Thursday Apr 24, 2008

Crossing the River

Cross posted at http://www.nomadicminds.org

HuangPu River carved the lovely Bund, the prime financial real estate since China leased this area to Britain in 1870s. It slices the city into halves.

ShangHai City started from the west side (PuXi) and expanded east, toward the sea. The river exacted a distance tax to PuDong, or the east of HuangPu river. It accepted to be the lesser part of ShangHai.

No more. Its rural land provided growth space for high-tech industries. The adjacency to the new airport and sea ports makes it a better choice of trade, light manufacturing, and the steel industry. PuDong is now rich, modern, and vibrant. PuXi, however, remains charming, classic, and the choice location for the best restaurants.

The necessity of crossing the river is a daily nightmare. Subway network is not yet mature. Tunnels are frustrating. Bridges are inconvenient detours. Then, I found the lovely alternative: the ferry. I like ferries.

There are two commuter ferry lines (and many tourist ones). The shorter one costs 0.50 RMB and the longer one 2. A short wait beacons the boat and begins the leisure crossing. I soaked in busy river activities and understood the role this river plays to the prosperity of this biggest city of China.

Then the taxi thrusted me back to the mega-city's arteries. <script language="JavaScript"> TagStart() Technorati("China") Technorati("ShangHai") TagEnd() </script>

Sunday Apr 06, 2008

IDF 2008, ShangHai

IDF this year was next to the lovely Bund of ShangHai, overlooked by the strangely shaped Oriental Pearl Tower. This is my 3rd time in two years attending IDFs. Intel packed their usual power executives and attracted estimated more than 5,000 attendants. At 9am, long line snaked out to the street waiting to enter. Hordes of brightly jacketed youngsters cradling a pen-laptop to search people's registration codes when they are still in the line. I was one of them, she tried my name and then my email address. Finally, she located my code and directed me to a counter to retrieve my badge.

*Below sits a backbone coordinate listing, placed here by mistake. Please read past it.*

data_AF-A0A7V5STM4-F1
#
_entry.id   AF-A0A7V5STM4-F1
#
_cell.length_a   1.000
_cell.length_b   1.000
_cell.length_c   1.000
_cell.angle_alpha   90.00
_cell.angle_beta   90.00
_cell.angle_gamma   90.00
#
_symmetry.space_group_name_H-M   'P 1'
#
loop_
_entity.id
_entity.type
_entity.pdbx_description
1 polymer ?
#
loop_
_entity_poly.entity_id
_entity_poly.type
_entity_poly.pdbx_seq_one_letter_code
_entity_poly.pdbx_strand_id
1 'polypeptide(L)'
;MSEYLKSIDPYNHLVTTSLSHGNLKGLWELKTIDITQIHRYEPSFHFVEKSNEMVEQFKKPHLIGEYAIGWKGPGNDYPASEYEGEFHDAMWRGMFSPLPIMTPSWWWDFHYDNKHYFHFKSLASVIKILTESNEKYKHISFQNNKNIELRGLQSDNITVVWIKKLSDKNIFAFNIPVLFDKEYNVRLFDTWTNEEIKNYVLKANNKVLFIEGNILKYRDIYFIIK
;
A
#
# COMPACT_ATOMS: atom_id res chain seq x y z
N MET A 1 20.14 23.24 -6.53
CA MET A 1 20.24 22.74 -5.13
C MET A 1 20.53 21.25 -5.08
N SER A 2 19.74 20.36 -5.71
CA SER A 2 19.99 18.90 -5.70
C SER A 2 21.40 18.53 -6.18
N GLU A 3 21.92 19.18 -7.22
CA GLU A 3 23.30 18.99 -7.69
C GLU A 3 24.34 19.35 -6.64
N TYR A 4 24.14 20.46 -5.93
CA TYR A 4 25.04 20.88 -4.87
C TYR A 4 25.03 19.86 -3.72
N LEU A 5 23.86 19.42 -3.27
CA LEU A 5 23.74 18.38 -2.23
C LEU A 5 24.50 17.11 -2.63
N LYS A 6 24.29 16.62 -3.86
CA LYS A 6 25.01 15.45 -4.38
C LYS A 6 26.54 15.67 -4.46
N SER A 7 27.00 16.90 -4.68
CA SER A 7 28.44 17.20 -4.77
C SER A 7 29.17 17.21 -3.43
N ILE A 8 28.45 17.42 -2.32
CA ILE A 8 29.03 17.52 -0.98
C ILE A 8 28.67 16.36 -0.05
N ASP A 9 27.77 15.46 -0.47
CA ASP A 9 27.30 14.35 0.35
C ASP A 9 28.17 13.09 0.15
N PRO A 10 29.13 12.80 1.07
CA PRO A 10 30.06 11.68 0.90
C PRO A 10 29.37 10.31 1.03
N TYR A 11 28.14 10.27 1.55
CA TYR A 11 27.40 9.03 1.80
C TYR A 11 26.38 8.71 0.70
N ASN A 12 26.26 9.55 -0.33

I herded myself to the meeting hall and sat down right before Pat Gelsinger's keynote. After the fanfare, he showed up on a wide screen! I was in the simul-cast room. The instinct of getting up quickly subdued. The screen did a good job; Pat spoke, polished, well-rehearsed, and obviously from a stage at a much larger hall upstair. I learned my lesson and attended the great hall for Renee James's keynote the 2nd day.

The evening reception was a packed house — stand-up cocktail style. Exuberant Intel employees and invitation-only guests celebrated another successful IDF. A small stage featured "live statues" of motionless pretty women. A commontion sparked when 3 dancers, to the tune of New York, New York, dragged Intel senior executives on stage. They were good sports, but bad dancers. I re-acquainted myself with several of them and made several new friends too.

Sun is a Gold Sponsor at IDF. Amiram Hayardeny attracted a standing-room only attendance with a topic of "Let Sun Shines on your Intel Platform." We exhibited various Software and Hardware technologies. People checked us out in a steady flow; everyone left with a nice stylish t-shirt too. All registered attendants also get a OpenSolaris CD in their bag.

ShangHai is a nice break from Beijing that is intensively focused on the Olympic. I took the opportunity to meet several customers and partners. I will also take a long detour back home via YangZhou, mixing business and pleasure together. That will be another blog. <script language="JavaScript"> TagStart() Technorati("China") Technorati("IDF") TagEnd() </script>

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